"Lenin, worried about the double offensive at that time victorious of Kolchak in the east and Denikin in the south, had Litvinov, Deputy Commissar for Foreign Affairs, transmit March 1 1919 to US President Wilson to freeze the situation acquired by each force present: he made him a proposal for an armistice between the various fighting forces in Russia followed by a conference bringing them together. The armistice would be accompanied by the status quo: each force would keep the territory it would govern at the time of its signature, the blockade of the country would be lifted and all existing Russian governments would recognize themselves responsible for the debts of the Empire. Thus Lenin wanted to sign a real inner Brest-Litovsk, a peace that granted a huge part of the territory to Denikin and Kolchak. The latter, sure of their imminent victory, refused any discussion with the Bolsheviks, whom they considered insulting badly, and rejected a proposal in which they saw Lenin's implicit admission of the imminent defeat of the Red Army." (Jean-Jacques Marie, french troskist historian) (I some edited)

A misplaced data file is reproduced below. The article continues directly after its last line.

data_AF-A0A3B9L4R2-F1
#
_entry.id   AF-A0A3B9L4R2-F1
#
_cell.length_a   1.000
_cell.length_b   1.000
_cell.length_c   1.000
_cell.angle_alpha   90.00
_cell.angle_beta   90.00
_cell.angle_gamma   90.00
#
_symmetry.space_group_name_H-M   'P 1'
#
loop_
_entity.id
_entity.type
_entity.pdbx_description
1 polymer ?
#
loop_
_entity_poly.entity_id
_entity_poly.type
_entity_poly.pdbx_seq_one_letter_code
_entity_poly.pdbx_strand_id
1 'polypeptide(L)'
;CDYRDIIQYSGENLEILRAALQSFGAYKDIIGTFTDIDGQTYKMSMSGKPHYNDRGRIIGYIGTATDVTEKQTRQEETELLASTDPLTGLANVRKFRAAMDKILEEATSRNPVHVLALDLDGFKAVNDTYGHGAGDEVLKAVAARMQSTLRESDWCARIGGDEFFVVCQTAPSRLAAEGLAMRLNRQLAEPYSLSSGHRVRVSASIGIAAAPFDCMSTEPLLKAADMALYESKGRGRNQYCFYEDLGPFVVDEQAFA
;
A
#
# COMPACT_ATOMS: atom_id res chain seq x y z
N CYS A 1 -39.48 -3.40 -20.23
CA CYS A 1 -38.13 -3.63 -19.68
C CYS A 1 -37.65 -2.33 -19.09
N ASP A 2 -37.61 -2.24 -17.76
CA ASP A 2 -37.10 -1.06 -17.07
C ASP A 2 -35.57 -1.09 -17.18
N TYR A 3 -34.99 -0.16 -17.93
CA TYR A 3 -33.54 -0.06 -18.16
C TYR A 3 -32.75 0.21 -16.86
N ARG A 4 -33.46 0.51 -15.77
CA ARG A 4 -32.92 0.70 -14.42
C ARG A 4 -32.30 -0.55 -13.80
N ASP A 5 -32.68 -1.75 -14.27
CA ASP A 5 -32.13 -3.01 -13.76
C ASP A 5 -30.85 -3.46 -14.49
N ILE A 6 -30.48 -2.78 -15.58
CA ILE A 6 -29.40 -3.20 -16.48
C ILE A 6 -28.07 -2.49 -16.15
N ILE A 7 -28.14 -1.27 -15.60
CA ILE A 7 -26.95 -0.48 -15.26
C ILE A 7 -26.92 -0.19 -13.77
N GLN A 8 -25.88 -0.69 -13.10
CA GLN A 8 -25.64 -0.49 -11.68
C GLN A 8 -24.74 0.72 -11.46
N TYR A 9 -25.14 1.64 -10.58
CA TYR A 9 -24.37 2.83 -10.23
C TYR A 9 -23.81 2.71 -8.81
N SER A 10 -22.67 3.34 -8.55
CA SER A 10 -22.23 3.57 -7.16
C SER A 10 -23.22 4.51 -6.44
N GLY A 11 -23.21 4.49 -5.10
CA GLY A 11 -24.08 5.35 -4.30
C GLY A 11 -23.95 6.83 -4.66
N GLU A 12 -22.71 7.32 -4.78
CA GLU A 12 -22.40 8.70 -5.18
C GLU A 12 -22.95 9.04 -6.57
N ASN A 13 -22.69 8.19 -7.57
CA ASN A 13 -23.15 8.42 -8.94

A political option not ingame, but, if historically important, it is not so interesting as it would means a game without a proper end (nobody really wins).